To be able to redirect users from certain countries or networks to different locations with Wikimedia servers, the GeoDNS system is used. Users from some countries can be directed to use the Squid caches in Florida, in Paris or in some possible future other facilities depending on their country or network of origin. This transparently makes them use the servers to which, with very high probability, they have the fastest connection.
3 machines with Celeron 600 CPUs, 18 gigabytes of disk and 640 megabytes of RAM (128 + 512 upgrade) in each were installed in racks belonging to Lost Oasis in the Telecity colocation in Aubervilliers, near Paris, France. Lost Oasis donates the rack space and the bandwidth.
One of the three machines has had RAM problems and was taken off-line. It is expected that faulty RAM will be taken out and replaced soon.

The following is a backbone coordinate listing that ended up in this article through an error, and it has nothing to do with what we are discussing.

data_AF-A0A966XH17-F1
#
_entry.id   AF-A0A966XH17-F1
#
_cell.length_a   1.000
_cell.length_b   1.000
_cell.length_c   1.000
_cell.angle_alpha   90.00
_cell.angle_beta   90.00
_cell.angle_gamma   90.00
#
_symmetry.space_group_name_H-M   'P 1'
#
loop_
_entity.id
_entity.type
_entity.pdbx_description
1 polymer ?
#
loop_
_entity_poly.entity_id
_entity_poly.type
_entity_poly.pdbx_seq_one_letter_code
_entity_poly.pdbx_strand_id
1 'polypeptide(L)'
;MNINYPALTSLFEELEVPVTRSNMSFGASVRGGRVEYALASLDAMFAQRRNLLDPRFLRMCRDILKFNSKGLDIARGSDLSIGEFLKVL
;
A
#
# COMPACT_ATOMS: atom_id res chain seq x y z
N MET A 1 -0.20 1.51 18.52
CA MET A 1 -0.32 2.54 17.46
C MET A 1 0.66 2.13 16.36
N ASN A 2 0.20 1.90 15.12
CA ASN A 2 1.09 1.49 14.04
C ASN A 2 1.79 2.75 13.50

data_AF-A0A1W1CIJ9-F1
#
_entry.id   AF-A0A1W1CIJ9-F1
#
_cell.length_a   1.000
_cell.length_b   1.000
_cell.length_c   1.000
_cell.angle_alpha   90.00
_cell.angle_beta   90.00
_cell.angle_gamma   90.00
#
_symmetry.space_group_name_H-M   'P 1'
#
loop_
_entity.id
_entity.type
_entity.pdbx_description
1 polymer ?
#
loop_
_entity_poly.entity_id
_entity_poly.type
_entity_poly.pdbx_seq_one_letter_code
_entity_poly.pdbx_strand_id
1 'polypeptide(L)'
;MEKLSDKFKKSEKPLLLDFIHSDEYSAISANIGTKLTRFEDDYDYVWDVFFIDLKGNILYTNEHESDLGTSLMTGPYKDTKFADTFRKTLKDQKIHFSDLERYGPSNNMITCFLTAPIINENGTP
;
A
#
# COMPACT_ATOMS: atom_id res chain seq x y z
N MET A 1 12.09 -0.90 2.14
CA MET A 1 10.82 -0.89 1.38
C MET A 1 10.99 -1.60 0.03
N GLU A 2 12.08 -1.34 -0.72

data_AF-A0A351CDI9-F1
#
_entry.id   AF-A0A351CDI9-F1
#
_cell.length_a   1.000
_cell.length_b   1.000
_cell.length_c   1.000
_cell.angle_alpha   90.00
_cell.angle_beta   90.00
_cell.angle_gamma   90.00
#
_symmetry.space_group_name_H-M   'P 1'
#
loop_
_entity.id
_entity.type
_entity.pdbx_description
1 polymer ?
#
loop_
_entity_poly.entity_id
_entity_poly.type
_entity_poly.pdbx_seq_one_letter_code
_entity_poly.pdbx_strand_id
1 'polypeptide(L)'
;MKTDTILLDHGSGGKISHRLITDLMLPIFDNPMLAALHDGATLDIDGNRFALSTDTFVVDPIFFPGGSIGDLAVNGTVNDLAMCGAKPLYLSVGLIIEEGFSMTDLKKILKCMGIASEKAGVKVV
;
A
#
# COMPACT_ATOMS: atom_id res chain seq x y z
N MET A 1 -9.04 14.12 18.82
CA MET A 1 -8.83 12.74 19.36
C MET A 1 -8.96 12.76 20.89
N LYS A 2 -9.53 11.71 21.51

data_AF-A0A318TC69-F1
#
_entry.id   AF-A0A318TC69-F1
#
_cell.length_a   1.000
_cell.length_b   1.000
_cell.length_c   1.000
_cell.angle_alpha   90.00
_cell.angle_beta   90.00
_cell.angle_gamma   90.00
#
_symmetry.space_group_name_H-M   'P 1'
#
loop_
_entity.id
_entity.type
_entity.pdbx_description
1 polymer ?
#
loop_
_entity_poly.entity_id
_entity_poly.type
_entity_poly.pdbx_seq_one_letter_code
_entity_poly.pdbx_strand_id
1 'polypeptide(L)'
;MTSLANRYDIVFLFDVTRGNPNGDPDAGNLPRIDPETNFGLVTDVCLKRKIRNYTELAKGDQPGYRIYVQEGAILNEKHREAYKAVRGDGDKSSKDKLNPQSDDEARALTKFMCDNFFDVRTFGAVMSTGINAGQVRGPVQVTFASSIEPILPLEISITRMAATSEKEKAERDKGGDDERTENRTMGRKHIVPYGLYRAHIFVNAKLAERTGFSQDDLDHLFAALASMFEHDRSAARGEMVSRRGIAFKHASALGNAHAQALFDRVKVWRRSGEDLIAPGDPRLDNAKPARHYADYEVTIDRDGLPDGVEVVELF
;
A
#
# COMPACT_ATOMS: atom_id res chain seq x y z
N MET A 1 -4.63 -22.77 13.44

The machines exclusively provide Squid service. It is suggested that they could also be used for secondary DNS service.
The machines were put in active usage on Sunday, January 9, 2005. In the beginning, they served French-, Dutch- and German- language for France, Germany, Belgium, Luxembourg and the Netherlands. It soon became apparent that while French users were perfectly content with the setting, non-French users experienced extreme slowness. All countries except France were thus taken out off the scheme. After asking Lost Oasis, it turns out that Lost Oasis pays a lot for outgoing transit to some foreign networks, which they are not prepared to sponsor us for, and thus they implemented rate limiters to these destinations. These rate limiters explain the problems reported by non-French users. Lost Oasis says it will soon obtain better rates for its transit traffic and will then lift our restrictions.
As of January 12, the 2 active machines serve fr:, en:, upload (images) and commons (multimedia) content to French users. (The system will be taken off-line on January 12 evening for servicing of the machine with faulty memory)
- (Numbers are based on several experiments at different hours during both the evening and the daytime, thus rather loaded hours in Europe.)